A Pennsylvania man has filed a class action lawsuit alleging that Amazon put him and other warehouse workers through rigorous 10- to 20-minute security screenings when they were off the clock -- once prior to lunch and again prior to exiting the facility -- without pay.
The lawsuit is a good reminder for employers to be mindful of wage and hour laws when conducting bag searches for theft prevention.
Amazon Security Checks
Amazon workers at a facility in Breinigsville, Pennsylvania, are apparently required to go through an extensive daily security search process. This includes a walk through metal detectors and a manual search of employees' bags or personal items, reports Philadelphia's WCAU-TV.
The search itself isn't problematic as employers typically have the legal right to screen employees for theft.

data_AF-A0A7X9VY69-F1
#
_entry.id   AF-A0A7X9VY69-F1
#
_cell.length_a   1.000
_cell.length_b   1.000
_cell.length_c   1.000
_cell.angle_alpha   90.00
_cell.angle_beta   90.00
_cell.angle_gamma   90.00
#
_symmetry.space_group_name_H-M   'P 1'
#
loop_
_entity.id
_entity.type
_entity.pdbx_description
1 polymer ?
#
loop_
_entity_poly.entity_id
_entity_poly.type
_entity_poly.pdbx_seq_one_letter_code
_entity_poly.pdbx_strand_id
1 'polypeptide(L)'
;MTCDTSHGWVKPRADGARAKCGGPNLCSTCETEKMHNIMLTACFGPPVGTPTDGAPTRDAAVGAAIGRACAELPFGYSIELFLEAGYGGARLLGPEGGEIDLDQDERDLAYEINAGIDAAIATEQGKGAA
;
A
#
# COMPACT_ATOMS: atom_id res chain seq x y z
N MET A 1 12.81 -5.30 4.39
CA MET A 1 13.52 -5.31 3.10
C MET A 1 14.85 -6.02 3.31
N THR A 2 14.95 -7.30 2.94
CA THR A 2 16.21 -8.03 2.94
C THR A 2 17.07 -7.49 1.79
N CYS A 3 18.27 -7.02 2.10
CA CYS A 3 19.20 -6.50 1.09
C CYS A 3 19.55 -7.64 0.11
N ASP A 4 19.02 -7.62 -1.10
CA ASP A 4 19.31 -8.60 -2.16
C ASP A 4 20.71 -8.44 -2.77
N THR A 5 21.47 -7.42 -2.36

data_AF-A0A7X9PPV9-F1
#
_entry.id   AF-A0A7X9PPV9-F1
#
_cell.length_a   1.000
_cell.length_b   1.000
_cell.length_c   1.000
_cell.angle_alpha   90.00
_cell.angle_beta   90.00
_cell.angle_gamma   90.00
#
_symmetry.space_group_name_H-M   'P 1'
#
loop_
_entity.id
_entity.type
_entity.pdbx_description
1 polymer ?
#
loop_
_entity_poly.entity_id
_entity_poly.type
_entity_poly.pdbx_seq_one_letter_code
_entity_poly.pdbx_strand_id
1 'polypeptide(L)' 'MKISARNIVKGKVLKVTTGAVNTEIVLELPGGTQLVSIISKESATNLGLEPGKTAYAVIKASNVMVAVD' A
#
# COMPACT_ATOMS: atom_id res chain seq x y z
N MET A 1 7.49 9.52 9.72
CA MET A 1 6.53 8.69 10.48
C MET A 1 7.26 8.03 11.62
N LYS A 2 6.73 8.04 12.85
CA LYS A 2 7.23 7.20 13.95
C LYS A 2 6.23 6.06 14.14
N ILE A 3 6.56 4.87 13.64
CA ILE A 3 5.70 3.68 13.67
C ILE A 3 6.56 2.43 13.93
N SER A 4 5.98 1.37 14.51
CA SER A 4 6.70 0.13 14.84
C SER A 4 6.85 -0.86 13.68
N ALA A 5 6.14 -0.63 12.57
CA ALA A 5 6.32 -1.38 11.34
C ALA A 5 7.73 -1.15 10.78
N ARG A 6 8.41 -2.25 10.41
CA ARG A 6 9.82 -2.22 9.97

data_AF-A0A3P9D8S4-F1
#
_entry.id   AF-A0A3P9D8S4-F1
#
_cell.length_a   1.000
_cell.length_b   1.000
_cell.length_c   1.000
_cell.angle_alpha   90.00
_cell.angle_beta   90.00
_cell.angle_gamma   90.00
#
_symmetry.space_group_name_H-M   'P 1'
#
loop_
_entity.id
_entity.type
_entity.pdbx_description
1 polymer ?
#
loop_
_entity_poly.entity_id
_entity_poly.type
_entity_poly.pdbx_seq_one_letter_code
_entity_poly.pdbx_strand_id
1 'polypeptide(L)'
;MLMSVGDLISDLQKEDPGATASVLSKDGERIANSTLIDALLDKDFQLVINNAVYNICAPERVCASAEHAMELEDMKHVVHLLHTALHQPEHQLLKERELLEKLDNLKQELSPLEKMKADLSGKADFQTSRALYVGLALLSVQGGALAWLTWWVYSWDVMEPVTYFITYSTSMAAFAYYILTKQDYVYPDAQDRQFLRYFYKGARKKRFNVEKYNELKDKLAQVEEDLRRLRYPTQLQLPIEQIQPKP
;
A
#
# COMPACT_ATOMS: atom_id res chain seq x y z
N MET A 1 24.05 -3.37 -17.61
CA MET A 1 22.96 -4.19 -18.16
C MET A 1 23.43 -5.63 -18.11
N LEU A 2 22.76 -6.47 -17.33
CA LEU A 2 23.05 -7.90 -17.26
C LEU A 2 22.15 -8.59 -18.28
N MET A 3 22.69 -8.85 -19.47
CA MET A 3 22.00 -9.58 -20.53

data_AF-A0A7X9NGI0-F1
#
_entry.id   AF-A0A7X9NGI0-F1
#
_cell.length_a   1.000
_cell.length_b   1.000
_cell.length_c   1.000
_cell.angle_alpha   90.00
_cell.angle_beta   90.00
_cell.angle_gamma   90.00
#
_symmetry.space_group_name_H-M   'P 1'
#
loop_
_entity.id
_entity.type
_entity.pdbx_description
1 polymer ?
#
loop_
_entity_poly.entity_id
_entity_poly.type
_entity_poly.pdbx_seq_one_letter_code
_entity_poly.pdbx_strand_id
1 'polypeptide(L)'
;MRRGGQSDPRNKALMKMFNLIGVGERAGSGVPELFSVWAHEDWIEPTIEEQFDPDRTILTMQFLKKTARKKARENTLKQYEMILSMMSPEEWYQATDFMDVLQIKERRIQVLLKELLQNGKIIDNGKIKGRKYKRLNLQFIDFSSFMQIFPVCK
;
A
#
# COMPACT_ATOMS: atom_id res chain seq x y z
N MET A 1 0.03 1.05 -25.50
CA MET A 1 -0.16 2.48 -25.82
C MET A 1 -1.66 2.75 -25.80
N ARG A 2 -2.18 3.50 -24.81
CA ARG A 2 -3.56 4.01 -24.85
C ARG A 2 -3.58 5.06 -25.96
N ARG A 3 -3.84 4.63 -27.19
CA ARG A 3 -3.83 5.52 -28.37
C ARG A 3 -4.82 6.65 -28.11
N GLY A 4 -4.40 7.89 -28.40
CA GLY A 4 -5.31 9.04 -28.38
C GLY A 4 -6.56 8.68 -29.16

But employers can potentially run afoul of state and federal minimum wage and overtime laws when such searches -- conducted at the company's request and solely for the company's benefit -- are performed without compensation.
FLSA Hourly Requirements
The Fair Labor Standards Act (FLSA) requires that employees be compensated at least a minimum wage for "hours worked" -- namely, when employees are on duty and/or on the employer's premises.
In the Amazon lawsuit, the class action plaintiffs allege they were never compensated during the bag searches or while waiting in line for the screenings (in a sea of about 100 employees), adding up to 10 to 20 minutes of uncompensated time per worker, according to WCAU-TV.
If those 10- to 20-minute increments pushed the hourly workers past 40 hours in a work week, then they would potentially be entitled to overtime pay at a rate of at least 1.5 times their regular rates of pay under the FLSA. (On the state level, the warehouse workers may be entitled to overtime pay for the lengthy security searches under the Pennsylvania Minimum Wage Act.)
Considering that other business giants like Apple and Forever 21 have faced similar lawsuits over unpaid employee bag searches, it's advisable to consult with an experienced employment lawyer to make sure your bag search protocols are in compliance with your state's labor laws.
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